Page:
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Years ago, on a vacation in Scotland, I ran a hill climb as part of a small-town games day in the Highlands. Competitors charged 2,100 feet up to the top of a looming peak, then came flying back down, all in about three and a half miles, much of it off-trail.
I did fine on the ascent, but I was terrible on the descent. Parts of the return cut through shin-high bracken, where I simply couldn’t see what I was stepping on. I had no idea how the others could run so confidently through that stuff without courting a nasty wipeout. At the finish, the local runners were charitable. “You have the wrong shoes,” they told me.
Today I know that these experienced hill racers didn’t just have better off-trail shoes. They also had superbly trained proprioception.
Proprioception is sometimes called the sixth sense: the body’s awareness of its location and movement in space. Proprioception is what enables you to touch your finger to your nose with your eyes closed, or walk without watching your feet, or catch a ball without looking at your hand. “It seems magic,” says Mike Young, a coach and kinesiologist at Athletic Lab in North Carolina, “but there are sensors in the body that can detect changes in the length, speed of movement, and stretch in muscles, tendons, and joints. Even the skin is thought to have some sense of this.”
In the case of the Scottish hill runners, good proprioception was what enabled them to sense how their feet were interacting with an unseen surface and adjust quickly to tilted terrain or roots and rocks. But it’s not merely important for people trying to run downhill through dense overgrowth. It’s important to everyone from marathoners to track speedsters.
The benefits of a well-tuned response
“Every time your foot hits the ground, it has to be able to receive feedback,” says Ryan Green, a kinesiologist and athletic trainer at Southeastern Louisiana University. Proprioceptors in our feet send information about their position and the forces they encounter to the brain, which processes them and tells the muscles in our feet how to react—automatically, within a matter of milliseconds.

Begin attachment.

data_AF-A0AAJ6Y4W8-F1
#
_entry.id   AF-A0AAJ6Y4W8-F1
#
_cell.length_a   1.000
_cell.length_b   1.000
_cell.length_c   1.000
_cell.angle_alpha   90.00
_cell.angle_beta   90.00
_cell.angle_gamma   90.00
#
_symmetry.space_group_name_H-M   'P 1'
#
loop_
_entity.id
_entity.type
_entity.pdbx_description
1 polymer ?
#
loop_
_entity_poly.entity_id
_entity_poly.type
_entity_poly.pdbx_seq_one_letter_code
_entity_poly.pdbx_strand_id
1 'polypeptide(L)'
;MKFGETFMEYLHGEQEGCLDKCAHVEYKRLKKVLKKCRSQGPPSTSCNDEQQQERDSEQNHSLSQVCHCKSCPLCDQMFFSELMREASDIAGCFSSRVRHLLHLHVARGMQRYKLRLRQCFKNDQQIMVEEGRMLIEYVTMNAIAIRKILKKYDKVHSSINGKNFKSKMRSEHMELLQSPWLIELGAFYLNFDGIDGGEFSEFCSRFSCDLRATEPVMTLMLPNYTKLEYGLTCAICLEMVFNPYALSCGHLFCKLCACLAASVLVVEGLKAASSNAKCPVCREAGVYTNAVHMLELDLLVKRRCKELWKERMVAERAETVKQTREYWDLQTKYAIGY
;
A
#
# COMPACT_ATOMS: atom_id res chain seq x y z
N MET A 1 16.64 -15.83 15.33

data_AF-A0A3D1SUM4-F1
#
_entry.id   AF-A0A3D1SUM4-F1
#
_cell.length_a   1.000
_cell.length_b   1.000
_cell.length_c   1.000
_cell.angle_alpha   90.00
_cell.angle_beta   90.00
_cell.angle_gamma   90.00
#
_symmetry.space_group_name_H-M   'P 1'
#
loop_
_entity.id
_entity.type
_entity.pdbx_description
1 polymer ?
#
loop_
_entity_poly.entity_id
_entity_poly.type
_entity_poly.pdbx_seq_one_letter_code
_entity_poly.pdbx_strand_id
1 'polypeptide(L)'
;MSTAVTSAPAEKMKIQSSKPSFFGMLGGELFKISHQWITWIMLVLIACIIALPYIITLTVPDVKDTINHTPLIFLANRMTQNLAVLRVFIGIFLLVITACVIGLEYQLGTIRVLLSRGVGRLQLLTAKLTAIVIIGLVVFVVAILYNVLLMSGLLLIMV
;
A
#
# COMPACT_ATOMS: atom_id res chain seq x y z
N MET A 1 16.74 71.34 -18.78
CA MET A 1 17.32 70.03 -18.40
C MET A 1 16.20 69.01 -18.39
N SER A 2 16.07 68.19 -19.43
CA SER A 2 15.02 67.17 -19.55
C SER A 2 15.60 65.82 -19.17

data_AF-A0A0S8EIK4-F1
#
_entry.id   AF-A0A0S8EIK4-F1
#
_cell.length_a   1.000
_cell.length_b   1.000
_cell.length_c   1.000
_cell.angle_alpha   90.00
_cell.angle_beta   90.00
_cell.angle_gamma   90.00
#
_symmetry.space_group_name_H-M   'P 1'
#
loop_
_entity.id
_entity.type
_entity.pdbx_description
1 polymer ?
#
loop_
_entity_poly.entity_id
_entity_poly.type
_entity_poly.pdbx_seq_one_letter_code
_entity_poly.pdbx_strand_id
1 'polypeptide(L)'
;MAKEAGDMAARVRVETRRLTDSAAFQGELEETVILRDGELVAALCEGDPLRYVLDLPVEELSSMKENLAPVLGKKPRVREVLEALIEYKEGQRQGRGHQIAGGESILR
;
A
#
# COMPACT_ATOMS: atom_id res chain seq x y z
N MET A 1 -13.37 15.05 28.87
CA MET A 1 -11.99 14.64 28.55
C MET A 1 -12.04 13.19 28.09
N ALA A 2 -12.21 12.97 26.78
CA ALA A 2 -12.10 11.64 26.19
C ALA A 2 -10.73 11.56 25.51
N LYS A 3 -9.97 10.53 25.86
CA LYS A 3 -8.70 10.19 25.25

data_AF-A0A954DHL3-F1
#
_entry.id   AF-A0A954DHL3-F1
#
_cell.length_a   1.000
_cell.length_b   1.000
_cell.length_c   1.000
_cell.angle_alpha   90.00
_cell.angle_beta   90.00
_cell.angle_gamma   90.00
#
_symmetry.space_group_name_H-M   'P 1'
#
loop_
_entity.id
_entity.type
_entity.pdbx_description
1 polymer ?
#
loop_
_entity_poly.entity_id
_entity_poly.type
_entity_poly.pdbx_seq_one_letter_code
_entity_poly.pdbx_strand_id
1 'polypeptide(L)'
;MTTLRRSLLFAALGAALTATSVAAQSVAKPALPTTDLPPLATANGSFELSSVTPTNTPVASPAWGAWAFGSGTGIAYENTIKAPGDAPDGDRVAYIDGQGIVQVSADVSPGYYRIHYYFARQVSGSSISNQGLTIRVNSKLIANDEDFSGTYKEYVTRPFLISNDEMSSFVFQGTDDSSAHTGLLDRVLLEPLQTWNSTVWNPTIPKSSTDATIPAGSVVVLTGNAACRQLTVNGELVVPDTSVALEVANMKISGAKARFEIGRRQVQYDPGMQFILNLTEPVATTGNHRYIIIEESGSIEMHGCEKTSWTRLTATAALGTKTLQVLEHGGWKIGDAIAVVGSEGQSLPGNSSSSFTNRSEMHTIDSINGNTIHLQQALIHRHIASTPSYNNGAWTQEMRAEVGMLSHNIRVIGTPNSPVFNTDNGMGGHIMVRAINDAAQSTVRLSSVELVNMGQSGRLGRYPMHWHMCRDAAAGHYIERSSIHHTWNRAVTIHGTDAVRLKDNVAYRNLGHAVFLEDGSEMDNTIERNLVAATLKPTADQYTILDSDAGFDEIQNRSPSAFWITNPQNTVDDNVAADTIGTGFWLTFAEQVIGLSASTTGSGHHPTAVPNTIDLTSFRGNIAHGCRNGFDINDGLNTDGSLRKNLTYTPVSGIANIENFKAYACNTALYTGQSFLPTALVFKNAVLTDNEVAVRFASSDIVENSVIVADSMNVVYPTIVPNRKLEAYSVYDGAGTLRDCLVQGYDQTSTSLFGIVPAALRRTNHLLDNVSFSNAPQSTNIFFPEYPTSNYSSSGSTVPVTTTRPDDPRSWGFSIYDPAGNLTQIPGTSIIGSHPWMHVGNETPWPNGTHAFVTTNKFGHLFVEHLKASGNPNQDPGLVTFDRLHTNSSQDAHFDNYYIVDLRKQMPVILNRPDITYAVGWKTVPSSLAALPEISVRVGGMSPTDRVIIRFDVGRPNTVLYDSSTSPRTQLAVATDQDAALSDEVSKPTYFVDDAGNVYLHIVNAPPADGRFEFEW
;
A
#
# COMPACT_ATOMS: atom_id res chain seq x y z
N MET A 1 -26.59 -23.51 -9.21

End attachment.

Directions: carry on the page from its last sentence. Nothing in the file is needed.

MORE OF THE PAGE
When properly honed, this process translates not only to a reduced risk of tripping but also increased power and speed. Good proprioception enables rapid control over the pliability of our feet, allowing them and connected tendons in our legs to absorb impact energy and rebound perfectly for the next stride. Well-tuned proprioception makes us efficient, and in running, efficiency means greater speed and endurance.
“Think of a tennis racket,” Green says. “If the strings are loose, you’ll have to work incredibly hard to make the ball go. But if you have a new racket that’s been well strung, you don’t have to swing quite as hard.”
Good proprioception also helps reduce the risk of injuries, not just by making you more responsive to an incipient misstep, but because the better we can control our motions, the less likely we are to make errors that eventually add up to an overuse injury. Quick reactions enable you to use small muscles in your feet and ankles to correct balance before you get too far out of line and have to engage big, propulsive muscles for stability, a task they are ill-suited for and which quickly overtaxes them.
Amy Begley, elite coach of the Atlanta Track Club, says, “The stronger and more efficient the feet are, the less energy is wasted trying to stabilize each step.”
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Why you need to practice proprioception
To some extent, good proprioception is something we are born with, like good eyesight or good hearing. But in most runners, proprioception is probably not as well honed as it could be. There’s a reason those Scottish hill runners beat me so easily: they’d been practicing on rough, unseen surfaces and improving their skill at sensing and reacting.
Also, the proprioception most runners have today is probably not as good as what they had in their youth, says Matt Walsh, a physical therapist and strength and conditioning coach in Oregon.